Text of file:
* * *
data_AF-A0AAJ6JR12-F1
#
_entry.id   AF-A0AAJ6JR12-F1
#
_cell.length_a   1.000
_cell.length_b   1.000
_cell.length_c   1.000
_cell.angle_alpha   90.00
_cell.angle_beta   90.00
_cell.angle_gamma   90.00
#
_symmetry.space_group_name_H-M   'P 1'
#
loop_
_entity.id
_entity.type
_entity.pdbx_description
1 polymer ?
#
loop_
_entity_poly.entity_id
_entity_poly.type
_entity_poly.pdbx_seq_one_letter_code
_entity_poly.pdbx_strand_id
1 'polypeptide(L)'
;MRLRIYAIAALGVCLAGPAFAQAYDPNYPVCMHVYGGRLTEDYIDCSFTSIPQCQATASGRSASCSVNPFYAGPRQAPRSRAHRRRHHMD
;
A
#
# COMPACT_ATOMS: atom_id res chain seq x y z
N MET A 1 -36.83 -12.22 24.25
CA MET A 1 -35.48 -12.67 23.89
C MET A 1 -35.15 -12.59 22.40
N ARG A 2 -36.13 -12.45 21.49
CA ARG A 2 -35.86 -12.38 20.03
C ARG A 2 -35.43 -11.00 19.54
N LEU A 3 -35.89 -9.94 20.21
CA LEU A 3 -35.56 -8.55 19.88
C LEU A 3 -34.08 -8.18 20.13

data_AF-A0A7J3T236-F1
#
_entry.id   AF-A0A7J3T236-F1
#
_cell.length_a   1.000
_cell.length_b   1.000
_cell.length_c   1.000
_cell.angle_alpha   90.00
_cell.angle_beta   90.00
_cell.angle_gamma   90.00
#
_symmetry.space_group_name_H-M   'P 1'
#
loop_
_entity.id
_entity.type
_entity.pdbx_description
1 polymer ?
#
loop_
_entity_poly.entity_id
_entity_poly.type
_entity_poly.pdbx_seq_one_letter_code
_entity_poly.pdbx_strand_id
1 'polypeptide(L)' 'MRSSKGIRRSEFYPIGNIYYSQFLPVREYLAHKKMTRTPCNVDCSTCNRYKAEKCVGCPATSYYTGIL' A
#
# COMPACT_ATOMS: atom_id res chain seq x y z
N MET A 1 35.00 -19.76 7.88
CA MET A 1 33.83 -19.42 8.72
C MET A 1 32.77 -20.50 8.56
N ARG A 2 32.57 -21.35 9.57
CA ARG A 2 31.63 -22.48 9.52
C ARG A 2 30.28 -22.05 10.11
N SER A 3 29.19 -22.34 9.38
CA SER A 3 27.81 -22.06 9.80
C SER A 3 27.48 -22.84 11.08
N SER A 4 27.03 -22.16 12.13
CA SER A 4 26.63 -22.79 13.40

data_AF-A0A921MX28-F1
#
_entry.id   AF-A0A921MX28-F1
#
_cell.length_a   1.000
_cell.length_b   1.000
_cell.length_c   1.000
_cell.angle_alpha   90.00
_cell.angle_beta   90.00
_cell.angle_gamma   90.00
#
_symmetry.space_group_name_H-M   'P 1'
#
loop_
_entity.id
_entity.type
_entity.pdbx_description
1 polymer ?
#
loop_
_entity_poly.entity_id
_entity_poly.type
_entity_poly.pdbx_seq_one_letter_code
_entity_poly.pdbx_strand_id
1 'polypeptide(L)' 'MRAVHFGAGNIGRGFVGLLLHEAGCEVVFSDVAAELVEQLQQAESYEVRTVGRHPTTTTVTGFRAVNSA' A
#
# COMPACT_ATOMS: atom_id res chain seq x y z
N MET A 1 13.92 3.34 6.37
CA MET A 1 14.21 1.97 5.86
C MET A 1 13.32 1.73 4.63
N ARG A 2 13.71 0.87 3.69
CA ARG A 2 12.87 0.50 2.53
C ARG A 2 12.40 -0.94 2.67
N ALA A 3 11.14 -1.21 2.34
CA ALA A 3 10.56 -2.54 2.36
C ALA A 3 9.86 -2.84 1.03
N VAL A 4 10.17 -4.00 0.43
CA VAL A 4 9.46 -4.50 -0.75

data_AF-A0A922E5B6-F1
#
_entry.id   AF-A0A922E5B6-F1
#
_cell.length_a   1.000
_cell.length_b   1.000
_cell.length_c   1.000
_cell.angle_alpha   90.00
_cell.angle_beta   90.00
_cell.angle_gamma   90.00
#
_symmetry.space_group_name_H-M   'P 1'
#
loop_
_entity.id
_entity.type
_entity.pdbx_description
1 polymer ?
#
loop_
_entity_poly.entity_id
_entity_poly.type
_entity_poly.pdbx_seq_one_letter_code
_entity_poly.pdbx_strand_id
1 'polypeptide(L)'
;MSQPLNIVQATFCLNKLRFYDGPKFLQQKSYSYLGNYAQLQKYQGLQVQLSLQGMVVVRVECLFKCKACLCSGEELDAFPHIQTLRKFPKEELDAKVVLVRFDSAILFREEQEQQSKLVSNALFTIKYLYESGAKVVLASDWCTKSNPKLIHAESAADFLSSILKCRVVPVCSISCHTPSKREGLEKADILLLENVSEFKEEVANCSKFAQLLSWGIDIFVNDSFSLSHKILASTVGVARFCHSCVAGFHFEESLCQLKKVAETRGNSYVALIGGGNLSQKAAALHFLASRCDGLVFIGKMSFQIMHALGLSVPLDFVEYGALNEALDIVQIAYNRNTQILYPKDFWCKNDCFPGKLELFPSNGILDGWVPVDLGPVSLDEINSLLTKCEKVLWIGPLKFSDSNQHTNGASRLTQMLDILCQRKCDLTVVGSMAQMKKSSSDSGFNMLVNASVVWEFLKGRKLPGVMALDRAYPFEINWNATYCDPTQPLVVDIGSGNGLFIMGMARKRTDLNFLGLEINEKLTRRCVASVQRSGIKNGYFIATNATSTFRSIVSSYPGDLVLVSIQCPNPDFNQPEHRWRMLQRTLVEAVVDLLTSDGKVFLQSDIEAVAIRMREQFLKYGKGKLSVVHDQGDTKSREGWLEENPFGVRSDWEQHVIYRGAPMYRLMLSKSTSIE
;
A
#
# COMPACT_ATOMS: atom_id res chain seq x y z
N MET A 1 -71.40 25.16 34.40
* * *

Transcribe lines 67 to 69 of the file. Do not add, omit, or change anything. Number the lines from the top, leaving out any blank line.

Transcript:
N MET A 1 35.00 -19.76 7.88
CA MET A 1 33.83 -19.42 8.72
C MET A 1 32.77 -20.50 8.56